Magazine article The Spectator

Hived off Hyphens

Magazine article The Spectator

Hived off Hyphens

Article excerpt

IT IS ALWAYS a dicey business identifying a trend, but I think that the doublebarrelled name is facing relegation, at least among its traditional users. In recent months two of my friends have taken the decision to lose a barrel, despite their being of good stock and people who a generation ago would have regarded their monikers as door-openers. The doublebarrel did not exist much before the industrial revolution, but as the wealth of aristocrats declined in the transformed world and new industrial fortunes sprang up, there was extensive marriage between the two. Naturally, a self-made man wanted to immortalise his own name, but not to lose the cachet of the nobby family name his offspring had married, or bought, into. Hence the sudden social importance of the hyphen.

My friend Rupert Gordon-Walker, nephew of the irritating former Labour foreign secretary Patrick, has to all intents and purposes lost his Gordon. Another friend, James Wellesley-Wesley, a descendant of Wellington who I always thought bore his name very proudly, will shortly make the great leap. They both work in the City, but the phenomenon is not confined to the Square Mile.

Richard Compton-Miller, 'Daisy' of Private Eye fame, is now bylined Compton Miller. John Ungoed-Thomas has dropped his Thomas (working in newspapers, it would have been unwise to drop his Ungoed).

John Major, our former prime minister, is in the strange and esoteric situation of having affected a double-barrel, MajorBall, and then pseudo-disaffected it. Hillary Rodham Clinton has dropped her Rodham as a gesture of solidarity with her husband and cap-doffing to the simple classes (Rodham was also rather too tempting a pun to wave before critics of her husband's bedside manner). There is a young salesman working for a broker of electricity units called Charles O'ConnorFenton, who has dropped his O'Connor. The Arctic explorer Sir Ranulph Twisleton-Wykeham-Fiennes now relies on the last of his three surnames, as does his distant cousin, the actor Ralph Fiennes. The Duke of Buccleuch's family name, Montagu Douglas Scott, has been shortened to Scott in everyday usage.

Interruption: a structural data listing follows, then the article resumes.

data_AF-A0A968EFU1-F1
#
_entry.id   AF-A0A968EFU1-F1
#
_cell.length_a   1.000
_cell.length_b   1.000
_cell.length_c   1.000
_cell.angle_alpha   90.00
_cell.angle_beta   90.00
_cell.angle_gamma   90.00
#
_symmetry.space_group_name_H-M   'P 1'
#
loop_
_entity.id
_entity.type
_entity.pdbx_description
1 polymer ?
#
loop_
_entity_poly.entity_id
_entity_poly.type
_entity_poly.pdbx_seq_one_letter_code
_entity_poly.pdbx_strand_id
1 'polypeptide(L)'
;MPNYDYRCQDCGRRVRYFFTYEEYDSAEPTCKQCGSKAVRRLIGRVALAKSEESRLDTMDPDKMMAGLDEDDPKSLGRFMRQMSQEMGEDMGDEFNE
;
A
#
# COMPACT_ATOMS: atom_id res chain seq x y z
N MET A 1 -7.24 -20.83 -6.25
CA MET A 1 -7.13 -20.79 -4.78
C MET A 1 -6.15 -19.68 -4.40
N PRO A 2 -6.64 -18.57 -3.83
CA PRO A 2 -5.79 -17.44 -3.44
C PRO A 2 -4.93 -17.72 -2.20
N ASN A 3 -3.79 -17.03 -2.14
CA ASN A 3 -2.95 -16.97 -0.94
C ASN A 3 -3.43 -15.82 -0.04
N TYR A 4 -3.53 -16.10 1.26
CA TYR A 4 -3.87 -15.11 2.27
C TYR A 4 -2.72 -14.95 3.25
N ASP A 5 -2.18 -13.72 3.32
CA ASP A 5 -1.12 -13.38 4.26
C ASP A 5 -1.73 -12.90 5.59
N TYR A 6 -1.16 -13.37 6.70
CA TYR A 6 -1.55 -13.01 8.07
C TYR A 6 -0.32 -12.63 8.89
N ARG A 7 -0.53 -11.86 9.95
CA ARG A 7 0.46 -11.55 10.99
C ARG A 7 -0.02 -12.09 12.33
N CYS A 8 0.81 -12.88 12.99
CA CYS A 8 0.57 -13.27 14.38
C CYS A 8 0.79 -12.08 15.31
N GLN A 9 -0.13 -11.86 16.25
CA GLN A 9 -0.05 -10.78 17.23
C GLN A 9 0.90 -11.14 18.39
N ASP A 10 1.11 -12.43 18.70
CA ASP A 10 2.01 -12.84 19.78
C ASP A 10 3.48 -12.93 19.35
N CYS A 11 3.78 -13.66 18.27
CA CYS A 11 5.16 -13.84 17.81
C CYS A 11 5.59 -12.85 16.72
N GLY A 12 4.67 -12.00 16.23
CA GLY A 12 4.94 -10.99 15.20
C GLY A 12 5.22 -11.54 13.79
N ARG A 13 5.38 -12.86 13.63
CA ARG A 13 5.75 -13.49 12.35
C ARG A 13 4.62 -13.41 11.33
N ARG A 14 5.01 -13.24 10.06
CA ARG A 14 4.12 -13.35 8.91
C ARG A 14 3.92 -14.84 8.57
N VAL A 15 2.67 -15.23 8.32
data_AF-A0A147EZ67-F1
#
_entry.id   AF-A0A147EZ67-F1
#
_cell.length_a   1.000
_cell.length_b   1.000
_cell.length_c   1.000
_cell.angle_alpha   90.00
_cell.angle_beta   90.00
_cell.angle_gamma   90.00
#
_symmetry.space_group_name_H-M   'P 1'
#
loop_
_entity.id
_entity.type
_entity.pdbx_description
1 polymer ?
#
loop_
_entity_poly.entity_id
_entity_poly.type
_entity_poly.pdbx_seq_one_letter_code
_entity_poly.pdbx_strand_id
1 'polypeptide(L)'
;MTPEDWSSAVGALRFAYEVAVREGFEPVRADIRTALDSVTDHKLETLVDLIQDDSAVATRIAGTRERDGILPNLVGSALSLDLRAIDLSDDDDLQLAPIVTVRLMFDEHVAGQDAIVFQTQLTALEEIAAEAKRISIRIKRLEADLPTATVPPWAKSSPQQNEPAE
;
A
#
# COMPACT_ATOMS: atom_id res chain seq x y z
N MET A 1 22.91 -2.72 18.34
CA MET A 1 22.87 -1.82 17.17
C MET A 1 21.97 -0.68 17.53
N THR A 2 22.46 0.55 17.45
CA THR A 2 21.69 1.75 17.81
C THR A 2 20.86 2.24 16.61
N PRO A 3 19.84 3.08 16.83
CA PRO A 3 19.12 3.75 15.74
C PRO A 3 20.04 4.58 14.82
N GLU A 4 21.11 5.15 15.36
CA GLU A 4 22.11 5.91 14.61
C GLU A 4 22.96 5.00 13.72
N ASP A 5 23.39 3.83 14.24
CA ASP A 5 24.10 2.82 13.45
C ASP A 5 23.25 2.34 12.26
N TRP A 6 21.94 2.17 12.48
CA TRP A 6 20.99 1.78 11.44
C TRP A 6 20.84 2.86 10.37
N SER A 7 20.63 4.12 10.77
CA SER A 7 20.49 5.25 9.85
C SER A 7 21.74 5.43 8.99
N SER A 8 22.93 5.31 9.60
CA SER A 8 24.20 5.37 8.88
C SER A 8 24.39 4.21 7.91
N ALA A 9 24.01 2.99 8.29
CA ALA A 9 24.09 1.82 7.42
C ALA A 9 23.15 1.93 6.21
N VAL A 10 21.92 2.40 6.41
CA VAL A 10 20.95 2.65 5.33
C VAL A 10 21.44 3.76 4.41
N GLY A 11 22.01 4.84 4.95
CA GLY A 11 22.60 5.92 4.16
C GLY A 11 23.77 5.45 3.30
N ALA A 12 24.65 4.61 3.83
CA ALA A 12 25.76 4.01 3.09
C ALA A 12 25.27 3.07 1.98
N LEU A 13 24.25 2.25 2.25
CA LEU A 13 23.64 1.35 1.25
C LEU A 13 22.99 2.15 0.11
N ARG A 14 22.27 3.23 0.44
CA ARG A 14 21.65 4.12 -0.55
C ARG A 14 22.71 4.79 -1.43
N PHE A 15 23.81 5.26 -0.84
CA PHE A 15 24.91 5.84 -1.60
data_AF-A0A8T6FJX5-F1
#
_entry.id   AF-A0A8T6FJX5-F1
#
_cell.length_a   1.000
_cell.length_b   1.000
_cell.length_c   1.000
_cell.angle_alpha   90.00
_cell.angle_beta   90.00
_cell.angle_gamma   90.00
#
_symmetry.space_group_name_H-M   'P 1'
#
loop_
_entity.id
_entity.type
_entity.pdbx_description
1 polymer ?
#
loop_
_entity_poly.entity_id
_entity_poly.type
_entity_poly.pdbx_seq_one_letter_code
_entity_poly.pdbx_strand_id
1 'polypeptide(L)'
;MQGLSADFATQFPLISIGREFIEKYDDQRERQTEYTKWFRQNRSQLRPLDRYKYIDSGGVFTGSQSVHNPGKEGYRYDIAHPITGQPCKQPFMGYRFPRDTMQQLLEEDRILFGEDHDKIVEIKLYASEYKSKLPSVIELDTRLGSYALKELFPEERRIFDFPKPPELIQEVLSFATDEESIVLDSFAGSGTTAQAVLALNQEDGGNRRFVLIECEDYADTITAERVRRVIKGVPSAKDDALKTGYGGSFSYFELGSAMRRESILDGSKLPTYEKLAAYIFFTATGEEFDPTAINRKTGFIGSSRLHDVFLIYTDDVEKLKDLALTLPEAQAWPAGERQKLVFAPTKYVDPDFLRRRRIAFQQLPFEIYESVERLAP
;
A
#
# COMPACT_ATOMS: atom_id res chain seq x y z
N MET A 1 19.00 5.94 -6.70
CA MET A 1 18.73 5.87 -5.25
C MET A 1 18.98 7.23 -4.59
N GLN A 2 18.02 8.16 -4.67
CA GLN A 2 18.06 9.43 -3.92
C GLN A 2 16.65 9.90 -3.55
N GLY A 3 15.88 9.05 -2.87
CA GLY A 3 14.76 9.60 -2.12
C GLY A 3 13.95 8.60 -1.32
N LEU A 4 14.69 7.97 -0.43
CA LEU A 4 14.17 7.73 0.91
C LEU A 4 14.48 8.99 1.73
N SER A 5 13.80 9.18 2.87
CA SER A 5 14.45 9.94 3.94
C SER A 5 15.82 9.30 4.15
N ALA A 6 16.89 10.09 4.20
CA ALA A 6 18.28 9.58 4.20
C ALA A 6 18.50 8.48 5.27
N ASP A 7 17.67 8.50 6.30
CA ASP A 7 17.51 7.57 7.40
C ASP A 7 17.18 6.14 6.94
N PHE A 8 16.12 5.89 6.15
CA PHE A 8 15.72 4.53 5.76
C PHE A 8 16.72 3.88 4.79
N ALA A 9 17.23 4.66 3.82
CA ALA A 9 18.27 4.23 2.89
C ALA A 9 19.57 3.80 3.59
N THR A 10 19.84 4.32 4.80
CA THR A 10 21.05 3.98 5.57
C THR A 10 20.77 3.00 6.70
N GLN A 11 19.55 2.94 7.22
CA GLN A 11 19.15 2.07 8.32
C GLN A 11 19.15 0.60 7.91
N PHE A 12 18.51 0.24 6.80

All these people operate in spheres where others have an opportunity to judge them before they have met them. In the City, now swarming with foreign bankers who regard our old families as tourist attractions rather than business partners, the reasons for dropping half a name are mainly commercial. One friend who has to deal regularly with American and European bankers and businessmen and has now forgone one barrel, tells me, 'I do not want to be a point of amusement for anyone. People with titles and double-barrelled names have a life that is prejudged for them. The City is a brutally meritocratic place, to the extent that if I had a title I would not use it. The only people who care about such things these days are women in villages around the country who organise fetes. If you have a double-barrelled name there is far too much baggage which precedes you through the door, too much of a statement.'

George Pascoe Watson had been at the Sun for three years when it dawned on him that he was frequently not being credited for articles. One night he had written a piece which had to carry his name and Kelvin MacKenzie stormed up saying, `Your name's too fackin' long and keeps bustin' the column' - which in the language of publishing meant that it was too long to fit across one column width. …

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